War Authorizations Repeal Bills Get Bipartisan Support
WASHINGTON — The House Foreign Affairs Committee on Wednesday passed a pair of bills that would limit the president’s ability to expand military operations in the Middle East by repealing decades-old Authorizations for the Use of Military Force, or AUMFs.
Legislation that would repeal the 1991 AUMF against Iraq — in which Congress approved military action in response to Saddam Hussein’s invasion of Kuwait — was unanimously approved by the committee. Another bill to repeal a Cold-War era AUMF, introduced jointly by Reps. Abigail Spanberger, D-Va., and Peter Meijer, R-Mich., passed through the committee by voice vote.
“As long as these authorizations remain on the books, the danger persists that the executive branch could inappropriately use them as legal justification to send American troops into harm’s way without seeking the current Congress’s approval,” Dan Grazier, military fellow at the Center for Defense Information at the Project On Government Oversight, said in a written statement. “Doing so would clearly violate the spirit of the Constitution’s war powers clause. The 1957 and 1991 authorizations have served their purpose and it is long past time to consign them to history. Representatives Spanberger, Gallagher, Golden, and Meijer should be commended for taking on this important work.”
This course of action by lawmakers showcases Congress’ push to restore its “Constitutional responsibility,” Spanberger said in remarks before the committee. The authority granted to the executive branch by these and other AUMFs are “unneeded,” “unused,” and present the possibility of exploitation by future administrations, she said.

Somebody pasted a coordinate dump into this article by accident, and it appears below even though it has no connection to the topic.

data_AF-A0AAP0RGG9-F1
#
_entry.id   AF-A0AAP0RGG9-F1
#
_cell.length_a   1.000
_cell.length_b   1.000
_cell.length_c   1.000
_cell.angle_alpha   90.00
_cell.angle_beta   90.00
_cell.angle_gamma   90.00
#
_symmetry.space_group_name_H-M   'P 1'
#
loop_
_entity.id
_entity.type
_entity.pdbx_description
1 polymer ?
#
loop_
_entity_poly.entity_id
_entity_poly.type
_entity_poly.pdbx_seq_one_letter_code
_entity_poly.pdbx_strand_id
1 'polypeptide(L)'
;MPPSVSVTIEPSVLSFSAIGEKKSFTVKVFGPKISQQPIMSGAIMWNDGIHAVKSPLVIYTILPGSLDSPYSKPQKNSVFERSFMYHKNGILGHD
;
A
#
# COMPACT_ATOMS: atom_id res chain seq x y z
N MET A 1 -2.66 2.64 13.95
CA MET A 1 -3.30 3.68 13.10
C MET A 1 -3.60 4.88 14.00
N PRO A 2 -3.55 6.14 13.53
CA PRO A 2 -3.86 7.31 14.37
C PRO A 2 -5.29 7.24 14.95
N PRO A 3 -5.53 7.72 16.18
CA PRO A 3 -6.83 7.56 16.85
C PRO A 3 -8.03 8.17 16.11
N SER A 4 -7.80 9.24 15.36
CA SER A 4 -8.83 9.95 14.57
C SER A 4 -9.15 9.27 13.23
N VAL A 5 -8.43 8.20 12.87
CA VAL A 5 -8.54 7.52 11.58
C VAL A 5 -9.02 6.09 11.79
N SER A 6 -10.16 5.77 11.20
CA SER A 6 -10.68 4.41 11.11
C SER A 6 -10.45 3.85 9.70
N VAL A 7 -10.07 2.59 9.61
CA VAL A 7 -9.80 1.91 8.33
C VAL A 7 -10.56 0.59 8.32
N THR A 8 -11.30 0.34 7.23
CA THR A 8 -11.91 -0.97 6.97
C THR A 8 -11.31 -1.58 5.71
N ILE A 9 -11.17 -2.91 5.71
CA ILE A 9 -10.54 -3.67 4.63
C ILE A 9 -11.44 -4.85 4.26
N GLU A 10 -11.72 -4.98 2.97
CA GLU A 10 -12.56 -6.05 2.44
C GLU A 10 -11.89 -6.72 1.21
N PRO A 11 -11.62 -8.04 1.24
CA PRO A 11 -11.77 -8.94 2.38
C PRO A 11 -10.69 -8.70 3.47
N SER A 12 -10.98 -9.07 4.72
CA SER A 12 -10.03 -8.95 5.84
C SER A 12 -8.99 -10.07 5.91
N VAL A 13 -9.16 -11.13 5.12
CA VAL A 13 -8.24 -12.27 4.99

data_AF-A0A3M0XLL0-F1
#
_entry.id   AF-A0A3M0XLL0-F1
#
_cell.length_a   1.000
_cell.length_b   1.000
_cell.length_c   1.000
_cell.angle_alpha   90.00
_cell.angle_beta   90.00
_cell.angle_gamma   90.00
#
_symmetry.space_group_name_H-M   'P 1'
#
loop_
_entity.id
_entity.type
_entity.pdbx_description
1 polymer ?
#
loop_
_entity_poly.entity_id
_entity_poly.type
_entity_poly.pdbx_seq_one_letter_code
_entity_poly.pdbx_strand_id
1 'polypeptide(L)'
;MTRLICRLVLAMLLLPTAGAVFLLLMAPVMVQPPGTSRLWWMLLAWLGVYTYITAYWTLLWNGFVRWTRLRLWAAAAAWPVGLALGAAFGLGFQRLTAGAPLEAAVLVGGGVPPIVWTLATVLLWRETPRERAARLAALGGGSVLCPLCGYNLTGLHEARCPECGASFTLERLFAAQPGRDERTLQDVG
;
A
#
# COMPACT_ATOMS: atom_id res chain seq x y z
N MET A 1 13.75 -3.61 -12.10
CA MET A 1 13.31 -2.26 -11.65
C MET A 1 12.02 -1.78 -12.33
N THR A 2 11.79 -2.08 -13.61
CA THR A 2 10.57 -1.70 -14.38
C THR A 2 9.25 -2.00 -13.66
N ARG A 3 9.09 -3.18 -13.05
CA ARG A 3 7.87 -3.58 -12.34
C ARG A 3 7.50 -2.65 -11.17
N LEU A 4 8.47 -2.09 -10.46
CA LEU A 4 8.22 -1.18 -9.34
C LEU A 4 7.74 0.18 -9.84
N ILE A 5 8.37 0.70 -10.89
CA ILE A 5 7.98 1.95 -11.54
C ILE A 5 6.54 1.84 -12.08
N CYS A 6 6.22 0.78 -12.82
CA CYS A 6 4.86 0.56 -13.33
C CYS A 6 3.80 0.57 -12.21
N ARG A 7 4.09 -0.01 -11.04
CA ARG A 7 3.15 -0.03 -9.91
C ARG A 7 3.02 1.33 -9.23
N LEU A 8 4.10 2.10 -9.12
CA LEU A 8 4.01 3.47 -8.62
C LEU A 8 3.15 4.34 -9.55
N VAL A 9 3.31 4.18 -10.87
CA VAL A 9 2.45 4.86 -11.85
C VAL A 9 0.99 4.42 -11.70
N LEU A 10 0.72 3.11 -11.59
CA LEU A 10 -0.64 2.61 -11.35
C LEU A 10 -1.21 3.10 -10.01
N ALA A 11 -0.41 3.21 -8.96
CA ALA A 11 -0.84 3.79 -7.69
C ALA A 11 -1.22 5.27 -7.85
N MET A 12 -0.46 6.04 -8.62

If enacted, Congressional authorization for the Gulf and Iraq wars in addition to Cold War-era authorization of force in the Middle East would come to a formal end. Any further military action in the regions would require new and updated AUMFs approved by the legislature.
“Repealing all outdated AUMFs is of utmost importance, as we continue our efforts to shift war-making powers back to Congress, where they belong. If troops are worth deploying, it is worthy of a fresh debate, and a vote, before a commitment,” Mary Kaszynski, director of Government Relations for VoteVets, said in a written statement. “What cannot be allowed to happen is that a president has a blank check to send troops all around the world, based on an authorization passed before many troops were even born. We’re proud to support these bills and urge the House to immediately pass them.”
In January 2020, seven House representatives jointly authored an op-ed in The Washington Post affirming their bipartisan initiative to reestablish Congressional authority to approve military engagement. In their editorial, the representatives declared their intent to “foster an informed debate on a strategic alternative” to the 2001 AUMF enacted in response to the Sept. 11 terrorist attacks in New York City.
The representatives who authored the op-ed were Reps. Justin Amash, I-Mich., Ken Buck, R-Colo., Jared Golden, D-Maine, Scott Perry, R-Pa., Dean Phillips, D-Minn., Chip Roy, R-Texas, and Spanberger.
“We applaud Rep. Meijer and Rep. Spanberger for their determined leadership to repeal outdated Authorizations for the Use of Military Force which have been twisted beyond their original intent and no longer serve America’s interests,” Nate Anderson, executive director of Concerned Veterans for America, said in a written statement. “We’ve made significant progress by committing to end an endless war in Afghanistan, but it is only a start. Now Congress must reclaim its constitutional powers, and clean repeals of outdated military authorizations are a clear next step. We hope both parties can unite in passing legislation that will rebalance constitutional war powers for the wellbeing of our nation and its citizens.”
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